Contingent Valuation Methods
• See Boardman et al., Chapter 14
• Interview individuals to elicit their
preferences for different states of the
• Based on individuals’ stated preferences
to different hypothetical conditions or
• Measures Willingness to Pay (WTP) or
Willingness to Accept (WTA) for these
hypothetical conditions
Contingent Valuation Methods
• Compensating Variation
– how much would individuals need to pay or be
paid to leave them just as well of as before
the project was implemented
• Equivalent variation
– How much would individuals need to pay or
be paid to be as well of as if the project were
Contingent Valuation Methods
Negative impact
of project
WTP to avoid
WTA to have
implementation implementation
Positive impact
of project
WTA to avoid
WTP to have
implementation implementation
• WTP and WTA are not identical
– Maintaining initial utility level vs. moving to
new utility level
– Different Income effects
• WTP is constrained by income level
• WTA is not constrained
– WTP to have a life-saving operation vs. WTA
to not receive the operation!
• Bias toward status quo
– Possible construction of new airport
• Residents’ WTA for accepting the noise pollution
may be too high for the project to be undertaken
• So if no airport, none will be built
– If airport already exists
• Residents’ WTP to close airport and eliminate
noise pollution not sufficient to compensate the
airlines for closure.
• So if airport exists, will not be closed
Bias toward Status Quo
• Diminishing marginal utility of income
• The increase in utility from gaining an
additional $100 is less than the loss in
utility from giving up $100 from current
- $100
+ $100
Income ($)
Status quo
Bias toward Status Quo
• If outcomes from project are uncertain,
consumers will prefer certainty of status
quo to a project with same level of
expected income.
Status quo
Income , Expected Income ($)
Criticisms of CVM
• Individuals make assessments of
hypothetical situations
• To not face real budget constraints
• May state very high WTP for positive
– Do not fully assess the opportunity cost of the
foregone income
Criticisms of CVM
– Proponents of project may overstate
– Opponents state accurate WTP (0).
– So:
• Upward bias in aggregate measure across
Criticisms of CVM
• Critical importance of how information is
provided to respondents and how
questions are formed.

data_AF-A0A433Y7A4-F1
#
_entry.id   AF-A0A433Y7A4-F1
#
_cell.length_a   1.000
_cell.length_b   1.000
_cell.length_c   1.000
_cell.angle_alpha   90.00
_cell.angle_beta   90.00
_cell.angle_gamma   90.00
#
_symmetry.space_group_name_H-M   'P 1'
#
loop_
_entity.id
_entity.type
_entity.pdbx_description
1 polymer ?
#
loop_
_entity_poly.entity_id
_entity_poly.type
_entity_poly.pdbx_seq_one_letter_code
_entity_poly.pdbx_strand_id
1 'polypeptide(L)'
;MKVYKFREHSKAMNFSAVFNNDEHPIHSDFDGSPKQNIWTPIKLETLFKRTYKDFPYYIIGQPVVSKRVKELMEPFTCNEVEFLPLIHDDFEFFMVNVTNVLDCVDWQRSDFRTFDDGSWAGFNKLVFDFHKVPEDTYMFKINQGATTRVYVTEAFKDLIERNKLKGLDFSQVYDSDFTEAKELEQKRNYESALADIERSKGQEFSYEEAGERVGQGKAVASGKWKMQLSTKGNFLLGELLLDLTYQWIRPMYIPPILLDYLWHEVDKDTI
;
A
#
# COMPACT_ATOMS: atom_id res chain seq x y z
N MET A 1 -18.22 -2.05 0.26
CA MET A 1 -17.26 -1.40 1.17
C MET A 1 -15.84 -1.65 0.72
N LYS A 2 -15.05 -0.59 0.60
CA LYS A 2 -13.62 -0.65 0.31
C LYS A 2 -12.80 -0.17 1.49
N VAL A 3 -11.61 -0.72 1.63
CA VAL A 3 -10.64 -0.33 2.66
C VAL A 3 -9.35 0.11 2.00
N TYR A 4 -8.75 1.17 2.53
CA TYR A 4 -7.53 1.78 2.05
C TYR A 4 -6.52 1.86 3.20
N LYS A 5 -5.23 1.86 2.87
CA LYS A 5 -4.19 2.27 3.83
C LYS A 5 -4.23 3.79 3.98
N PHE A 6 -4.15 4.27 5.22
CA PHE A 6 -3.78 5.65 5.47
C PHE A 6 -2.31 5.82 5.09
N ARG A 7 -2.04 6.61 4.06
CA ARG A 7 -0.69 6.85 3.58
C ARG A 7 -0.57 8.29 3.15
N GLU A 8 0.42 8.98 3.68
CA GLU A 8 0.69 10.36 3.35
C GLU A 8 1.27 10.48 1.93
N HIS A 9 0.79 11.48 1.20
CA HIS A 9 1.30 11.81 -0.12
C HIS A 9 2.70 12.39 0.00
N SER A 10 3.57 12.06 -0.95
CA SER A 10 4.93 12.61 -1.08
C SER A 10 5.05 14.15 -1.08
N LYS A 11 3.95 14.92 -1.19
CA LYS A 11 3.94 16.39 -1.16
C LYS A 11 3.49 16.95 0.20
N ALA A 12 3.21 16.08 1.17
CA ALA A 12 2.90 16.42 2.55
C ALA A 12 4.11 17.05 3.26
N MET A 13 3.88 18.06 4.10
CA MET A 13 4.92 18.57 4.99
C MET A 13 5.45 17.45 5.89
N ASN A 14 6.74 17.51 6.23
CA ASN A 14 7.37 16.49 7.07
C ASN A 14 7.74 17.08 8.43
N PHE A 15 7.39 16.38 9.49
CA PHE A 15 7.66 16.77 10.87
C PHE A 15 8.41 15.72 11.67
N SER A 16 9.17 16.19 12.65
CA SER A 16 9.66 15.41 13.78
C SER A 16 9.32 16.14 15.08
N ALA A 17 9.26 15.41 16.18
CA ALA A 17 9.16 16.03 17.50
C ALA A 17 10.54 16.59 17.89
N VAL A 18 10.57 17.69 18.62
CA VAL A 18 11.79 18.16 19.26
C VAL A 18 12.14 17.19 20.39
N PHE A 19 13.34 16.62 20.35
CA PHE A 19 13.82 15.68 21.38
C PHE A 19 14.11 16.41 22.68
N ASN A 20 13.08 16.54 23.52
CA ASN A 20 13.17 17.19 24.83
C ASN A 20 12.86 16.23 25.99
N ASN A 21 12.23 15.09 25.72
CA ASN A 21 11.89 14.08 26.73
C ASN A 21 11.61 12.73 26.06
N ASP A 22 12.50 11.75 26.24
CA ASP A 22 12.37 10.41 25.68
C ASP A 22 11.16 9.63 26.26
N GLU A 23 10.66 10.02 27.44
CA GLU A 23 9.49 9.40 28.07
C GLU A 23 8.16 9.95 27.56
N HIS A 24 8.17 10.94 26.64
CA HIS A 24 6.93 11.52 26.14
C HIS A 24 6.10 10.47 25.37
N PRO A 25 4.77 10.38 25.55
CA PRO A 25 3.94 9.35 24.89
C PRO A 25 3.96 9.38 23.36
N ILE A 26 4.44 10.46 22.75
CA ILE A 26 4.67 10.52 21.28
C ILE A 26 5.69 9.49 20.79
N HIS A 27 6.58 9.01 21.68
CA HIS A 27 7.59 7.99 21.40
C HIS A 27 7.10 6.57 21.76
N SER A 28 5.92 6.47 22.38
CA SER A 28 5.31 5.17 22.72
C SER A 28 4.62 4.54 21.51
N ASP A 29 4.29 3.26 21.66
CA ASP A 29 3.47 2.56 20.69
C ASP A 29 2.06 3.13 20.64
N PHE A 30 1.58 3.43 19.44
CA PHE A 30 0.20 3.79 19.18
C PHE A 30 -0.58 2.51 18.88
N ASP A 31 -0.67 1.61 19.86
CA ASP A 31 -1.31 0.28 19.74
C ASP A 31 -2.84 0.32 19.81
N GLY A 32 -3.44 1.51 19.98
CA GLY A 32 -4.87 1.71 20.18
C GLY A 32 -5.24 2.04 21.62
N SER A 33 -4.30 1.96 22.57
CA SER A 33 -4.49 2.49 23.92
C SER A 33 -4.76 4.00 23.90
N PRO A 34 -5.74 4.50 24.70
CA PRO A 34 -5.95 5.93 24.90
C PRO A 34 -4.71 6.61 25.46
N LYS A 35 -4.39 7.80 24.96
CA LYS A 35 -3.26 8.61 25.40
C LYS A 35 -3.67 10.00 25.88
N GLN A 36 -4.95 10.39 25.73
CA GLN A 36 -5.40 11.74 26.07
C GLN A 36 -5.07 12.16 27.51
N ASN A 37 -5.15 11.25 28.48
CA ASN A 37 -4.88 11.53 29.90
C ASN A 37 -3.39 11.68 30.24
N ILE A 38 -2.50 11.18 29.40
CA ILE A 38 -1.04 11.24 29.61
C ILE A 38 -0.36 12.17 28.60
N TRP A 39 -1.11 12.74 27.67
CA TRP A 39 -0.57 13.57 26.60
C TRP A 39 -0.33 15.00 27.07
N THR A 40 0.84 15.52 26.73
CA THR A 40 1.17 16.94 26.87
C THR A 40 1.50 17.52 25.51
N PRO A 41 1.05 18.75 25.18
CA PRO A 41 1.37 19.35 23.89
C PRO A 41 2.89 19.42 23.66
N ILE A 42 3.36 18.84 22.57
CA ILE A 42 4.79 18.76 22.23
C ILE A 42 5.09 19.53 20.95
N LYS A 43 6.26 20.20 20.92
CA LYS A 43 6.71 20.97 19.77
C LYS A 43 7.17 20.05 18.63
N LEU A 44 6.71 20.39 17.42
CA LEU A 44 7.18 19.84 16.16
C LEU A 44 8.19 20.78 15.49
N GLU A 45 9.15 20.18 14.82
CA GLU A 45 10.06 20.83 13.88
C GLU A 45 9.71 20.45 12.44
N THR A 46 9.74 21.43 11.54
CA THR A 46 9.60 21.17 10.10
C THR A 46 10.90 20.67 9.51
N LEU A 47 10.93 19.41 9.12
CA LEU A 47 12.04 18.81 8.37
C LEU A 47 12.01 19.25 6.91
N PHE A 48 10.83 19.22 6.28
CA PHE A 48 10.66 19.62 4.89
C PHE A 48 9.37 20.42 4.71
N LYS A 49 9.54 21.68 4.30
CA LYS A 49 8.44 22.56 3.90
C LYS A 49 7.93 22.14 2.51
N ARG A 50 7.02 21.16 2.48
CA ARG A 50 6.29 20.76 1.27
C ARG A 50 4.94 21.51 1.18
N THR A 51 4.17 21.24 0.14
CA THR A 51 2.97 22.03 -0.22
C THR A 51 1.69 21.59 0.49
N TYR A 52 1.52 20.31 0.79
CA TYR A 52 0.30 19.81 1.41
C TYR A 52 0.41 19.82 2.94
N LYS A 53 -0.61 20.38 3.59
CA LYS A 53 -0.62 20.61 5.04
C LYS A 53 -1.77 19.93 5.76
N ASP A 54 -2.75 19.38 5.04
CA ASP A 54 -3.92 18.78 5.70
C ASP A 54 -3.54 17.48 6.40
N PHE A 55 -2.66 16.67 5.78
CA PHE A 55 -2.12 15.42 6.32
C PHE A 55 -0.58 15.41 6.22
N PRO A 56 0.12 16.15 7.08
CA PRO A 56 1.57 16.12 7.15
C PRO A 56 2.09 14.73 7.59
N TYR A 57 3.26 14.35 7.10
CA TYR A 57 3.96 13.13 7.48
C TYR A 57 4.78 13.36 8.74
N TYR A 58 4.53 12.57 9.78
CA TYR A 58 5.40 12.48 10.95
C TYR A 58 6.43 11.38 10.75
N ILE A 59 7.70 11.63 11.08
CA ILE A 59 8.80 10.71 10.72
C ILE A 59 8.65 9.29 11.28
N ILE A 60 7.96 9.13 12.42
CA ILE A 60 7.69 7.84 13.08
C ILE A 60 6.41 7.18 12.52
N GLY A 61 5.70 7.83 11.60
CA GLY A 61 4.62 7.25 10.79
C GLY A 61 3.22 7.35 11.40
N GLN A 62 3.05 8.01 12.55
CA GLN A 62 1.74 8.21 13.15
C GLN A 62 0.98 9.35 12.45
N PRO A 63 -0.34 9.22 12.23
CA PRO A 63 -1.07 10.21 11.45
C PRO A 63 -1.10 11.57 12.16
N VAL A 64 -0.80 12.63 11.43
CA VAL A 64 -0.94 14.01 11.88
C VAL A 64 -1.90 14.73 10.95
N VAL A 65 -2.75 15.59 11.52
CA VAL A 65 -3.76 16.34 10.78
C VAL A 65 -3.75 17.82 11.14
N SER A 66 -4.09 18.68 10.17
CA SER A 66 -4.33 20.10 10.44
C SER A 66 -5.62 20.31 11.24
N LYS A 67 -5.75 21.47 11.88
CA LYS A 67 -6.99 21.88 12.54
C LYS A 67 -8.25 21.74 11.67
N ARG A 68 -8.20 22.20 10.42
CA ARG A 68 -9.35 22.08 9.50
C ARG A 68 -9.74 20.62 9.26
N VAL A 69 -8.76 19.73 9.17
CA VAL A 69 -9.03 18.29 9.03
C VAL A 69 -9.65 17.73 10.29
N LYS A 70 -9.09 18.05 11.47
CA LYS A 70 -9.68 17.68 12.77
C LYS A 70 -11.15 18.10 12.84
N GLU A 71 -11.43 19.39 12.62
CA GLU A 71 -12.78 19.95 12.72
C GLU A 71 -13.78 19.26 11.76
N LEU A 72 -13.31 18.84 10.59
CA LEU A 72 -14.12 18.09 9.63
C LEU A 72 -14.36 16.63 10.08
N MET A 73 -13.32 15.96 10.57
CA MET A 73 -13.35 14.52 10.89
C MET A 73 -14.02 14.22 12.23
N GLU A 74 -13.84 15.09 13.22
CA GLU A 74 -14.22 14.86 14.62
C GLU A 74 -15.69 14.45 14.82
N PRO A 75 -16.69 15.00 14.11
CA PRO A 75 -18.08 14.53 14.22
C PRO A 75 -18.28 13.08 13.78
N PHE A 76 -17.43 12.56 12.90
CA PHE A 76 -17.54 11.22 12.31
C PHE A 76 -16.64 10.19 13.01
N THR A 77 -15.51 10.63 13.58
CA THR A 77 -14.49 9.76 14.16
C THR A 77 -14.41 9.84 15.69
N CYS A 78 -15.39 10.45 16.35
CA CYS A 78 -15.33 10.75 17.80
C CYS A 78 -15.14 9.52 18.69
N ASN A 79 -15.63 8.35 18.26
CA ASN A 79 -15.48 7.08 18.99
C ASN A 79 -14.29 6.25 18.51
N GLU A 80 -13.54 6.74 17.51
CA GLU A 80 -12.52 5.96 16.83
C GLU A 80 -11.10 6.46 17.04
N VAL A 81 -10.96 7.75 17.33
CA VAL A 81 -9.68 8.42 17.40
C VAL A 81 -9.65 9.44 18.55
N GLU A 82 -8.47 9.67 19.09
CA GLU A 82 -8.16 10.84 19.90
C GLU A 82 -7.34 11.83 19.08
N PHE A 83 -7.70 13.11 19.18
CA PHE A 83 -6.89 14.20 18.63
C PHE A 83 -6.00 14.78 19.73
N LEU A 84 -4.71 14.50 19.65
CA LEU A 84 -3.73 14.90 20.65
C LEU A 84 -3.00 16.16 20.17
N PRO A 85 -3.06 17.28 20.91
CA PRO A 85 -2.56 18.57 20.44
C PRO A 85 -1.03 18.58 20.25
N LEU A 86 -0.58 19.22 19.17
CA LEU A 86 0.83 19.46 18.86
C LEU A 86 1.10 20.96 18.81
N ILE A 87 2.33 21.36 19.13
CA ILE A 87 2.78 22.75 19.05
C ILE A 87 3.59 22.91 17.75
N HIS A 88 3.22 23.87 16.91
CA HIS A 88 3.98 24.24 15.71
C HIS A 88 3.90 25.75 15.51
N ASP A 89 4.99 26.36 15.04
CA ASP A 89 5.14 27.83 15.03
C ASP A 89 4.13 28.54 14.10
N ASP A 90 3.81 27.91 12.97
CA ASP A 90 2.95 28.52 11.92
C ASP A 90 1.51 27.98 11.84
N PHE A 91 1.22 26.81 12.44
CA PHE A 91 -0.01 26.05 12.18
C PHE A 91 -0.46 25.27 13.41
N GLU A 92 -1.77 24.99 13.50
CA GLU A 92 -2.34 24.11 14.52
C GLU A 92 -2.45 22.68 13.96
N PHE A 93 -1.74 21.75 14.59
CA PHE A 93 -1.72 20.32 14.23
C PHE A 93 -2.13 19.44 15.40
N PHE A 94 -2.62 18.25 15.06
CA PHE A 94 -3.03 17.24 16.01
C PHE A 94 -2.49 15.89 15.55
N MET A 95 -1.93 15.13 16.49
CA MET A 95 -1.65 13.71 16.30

• Alternative methods of questioning:
– Open-ended questioning
• How much would you be willing to pay for X?
– Close-ended questioning (bidding)
• Willing to pay x? If yes, raise the bid. Continue until
answer is no.
• Found to be highly sensitive to starting value
Criticisms of CVM
• Dichotomous choice (Referendum)
• Sample of respondents asked if they
would be willing to pay a randomly
selected amount.
• Measure the percentage that responded
yes to each amount.
% Respondents answering “yes”
0 P1 P2 P3 P4 P5 P6 Offered Price
Criticisms of CVM
• Sensitive to how the choice problem is
• Prospect theory:
– Individuals concerned with the “value” of
alternatives (changes in utility relative to
current position or “reference point”)
– Risk averse toward gains from current
position, risk living toward losses from
reference point
– Losses weigh more heavily than gains
Losses ($)
Gains ($)
Criticisms of CVM
• Relevance of prospect theory to CVM
– Importance of the reference point
• If subjects told that they have just won $30 and
now may take a bet that they have 50% chance of
winning $9 and 50% chance of losing $9, a high
proportion say they would take the bet.
• If subjects told that they may chose between a
certain payment of $30, vs a bet where they have
a 50% chance of receiving $21 and a 50% chance
of receiving $39, most choose for the certain
Sampling Issues
• Who should be included in the sample?
– All individuals potentially affected by the
– How to determine all individuals potentially
Existence Value
• (Boardman et al. Chapter 9)
– Much work on projects with recreational and
environmental impacts points to the fact that
individuals may value the existence of such
resources, even though they themselves never
expect to “use” the resource.
– How to define use (active vs. passive)?
Personal visits
View films of locations
Discuss location with others
Reflect on the existence of the location
Sampling Issues
• If consider existence value, then who
should be sampled? Entire population?
• Non-response bias
– How to treat “outliers”
– Non-response of mail, telephone surveys
Need for clarity in presenting
the problem to respondents
Appropriate reference point (starting point)
Order of presentation of options (prices)
Describe the means of payment
Avoid bias in presenting information